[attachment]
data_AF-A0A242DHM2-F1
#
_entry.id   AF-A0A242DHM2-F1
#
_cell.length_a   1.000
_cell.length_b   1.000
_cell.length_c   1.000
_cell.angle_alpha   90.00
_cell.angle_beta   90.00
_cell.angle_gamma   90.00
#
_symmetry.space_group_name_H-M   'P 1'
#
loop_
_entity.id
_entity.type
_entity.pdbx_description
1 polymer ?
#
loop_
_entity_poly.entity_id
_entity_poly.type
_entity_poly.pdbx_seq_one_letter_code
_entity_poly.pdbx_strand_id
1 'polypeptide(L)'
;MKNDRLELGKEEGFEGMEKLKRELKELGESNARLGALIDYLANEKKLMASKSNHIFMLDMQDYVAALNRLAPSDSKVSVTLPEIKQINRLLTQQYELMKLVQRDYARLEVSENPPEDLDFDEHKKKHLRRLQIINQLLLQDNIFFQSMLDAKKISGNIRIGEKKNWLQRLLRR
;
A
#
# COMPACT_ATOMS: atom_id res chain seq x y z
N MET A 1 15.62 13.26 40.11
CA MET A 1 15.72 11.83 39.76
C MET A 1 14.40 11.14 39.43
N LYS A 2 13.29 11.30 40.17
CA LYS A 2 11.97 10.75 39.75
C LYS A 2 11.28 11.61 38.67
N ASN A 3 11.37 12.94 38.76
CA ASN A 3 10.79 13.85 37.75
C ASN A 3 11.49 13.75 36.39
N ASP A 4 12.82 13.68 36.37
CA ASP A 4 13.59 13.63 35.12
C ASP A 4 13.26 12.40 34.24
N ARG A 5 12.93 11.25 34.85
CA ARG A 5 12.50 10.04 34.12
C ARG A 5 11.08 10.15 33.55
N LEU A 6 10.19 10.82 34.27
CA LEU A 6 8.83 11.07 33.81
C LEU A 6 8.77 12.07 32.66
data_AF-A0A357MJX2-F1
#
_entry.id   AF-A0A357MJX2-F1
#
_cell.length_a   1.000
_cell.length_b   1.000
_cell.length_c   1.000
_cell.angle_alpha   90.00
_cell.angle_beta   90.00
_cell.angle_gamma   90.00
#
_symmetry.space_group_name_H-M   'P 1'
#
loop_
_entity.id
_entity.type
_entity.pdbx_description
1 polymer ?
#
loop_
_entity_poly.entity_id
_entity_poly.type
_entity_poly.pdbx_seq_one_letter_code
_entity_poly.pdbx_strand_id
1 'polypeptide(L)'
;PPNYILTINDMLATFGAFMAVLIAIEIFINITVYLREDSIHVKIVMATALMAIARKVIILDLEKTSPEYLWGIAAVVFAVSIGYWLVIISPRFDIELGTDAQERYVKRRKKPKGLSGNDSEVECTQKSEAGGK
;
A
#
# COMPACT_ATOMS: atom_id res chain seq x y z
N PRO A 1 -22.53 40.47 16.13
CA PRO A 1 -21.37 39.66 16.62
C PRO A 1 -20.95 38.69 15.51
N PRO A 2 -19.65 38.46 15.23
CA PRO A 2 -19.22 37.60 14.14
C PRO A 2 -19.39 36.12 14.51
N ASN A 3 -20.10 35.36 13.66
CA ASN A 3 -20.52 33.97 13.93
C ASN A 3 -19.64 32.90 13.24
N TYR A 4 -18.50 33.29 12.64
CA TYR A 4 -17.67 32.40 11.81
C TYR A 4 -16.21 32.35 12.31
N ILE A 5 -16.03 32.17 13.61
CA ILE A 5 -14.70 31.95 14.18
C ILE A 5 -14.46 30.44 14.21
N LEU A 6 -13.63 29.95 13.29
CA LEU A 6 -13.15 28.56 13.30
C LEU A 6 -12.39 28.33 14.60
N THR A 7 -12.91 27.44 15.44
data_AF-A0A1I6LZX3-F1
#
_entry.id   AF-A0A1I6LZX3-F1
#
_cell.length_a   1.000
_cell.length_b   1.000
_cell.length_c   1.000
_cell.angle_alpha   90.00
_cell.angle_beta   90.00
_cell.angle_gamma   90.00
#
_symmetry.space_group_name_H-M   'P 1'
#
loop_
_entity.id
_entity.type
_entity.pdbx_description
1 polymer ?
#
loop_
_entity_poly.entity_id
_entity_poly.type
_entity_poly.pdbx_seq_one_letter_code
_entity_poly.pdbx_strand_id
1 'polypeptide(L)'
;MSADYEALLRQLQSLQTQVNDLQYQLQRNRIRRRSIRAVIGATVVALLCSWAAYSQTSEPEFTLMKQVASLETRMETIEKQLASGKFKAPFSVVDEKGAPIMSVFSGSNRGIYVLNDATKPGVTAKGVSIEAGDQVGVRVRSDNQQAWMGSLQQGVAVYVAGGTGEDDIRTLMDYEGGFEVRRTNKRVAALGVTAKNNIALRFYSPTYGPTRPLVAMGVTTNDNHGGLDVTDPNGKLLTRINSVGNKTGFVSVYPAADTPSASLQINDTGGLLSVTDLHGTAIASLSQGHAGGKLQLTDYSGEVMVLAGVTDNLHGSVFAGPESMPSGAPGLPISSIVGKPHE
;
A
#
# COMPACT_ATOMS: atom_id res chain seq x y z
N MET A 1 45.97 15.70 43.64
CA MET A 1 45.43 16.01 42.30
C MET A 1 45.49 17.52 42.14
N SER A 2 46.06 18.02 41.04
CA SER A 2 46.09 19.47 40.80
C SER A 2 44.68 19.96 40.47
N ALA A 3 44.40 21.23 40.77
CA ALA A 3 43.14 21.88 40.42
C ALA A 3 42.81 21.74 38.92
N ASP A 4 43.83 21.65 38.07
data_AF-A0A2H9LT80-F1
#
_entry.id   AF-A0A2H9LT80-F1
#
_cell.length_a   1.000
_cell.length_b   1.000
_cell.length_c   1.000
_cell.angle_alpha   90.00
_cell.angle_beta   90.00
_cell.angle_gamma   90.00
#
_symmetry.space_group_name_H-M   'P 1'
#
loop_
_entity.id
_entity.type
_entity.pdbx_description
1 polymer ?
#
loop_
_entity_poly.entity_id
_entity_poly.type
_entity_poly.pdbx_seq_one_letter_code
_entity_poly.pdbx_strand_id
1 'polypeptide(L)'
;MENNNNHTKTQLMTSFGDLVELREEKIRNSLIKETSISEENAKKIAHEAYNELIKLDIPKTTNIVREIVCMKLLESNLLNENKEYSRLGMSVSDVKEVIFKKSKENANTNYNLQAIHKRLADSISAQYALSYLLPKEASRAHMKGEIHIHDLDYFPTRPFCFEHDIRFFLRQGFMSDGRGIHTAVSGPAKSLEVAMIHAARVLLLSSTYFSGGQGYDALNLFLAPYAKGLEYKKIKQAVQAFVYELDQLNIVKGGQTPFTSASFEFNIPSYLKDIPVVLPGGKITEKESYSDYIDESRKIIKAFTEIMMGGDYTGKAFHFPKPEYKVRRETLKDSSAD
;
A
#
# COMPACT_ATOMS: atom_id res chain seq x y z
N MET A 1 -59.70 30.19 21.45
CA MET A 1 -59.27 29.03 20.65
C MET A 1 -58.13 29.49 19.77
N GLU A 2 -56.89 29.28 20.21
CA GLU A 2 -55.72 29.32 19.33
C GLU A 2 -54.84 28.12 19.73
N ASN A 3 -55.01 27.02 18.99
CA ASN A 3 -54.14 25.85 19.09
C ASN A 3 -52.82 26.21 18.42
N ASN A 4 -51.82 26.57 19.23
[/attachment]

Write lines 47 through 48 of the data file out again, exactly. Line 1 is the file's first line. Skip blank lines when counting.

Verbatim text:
CA LEU A 6 8.83 11.07 33.81
C LEU A 6 8.77 12.07 32.66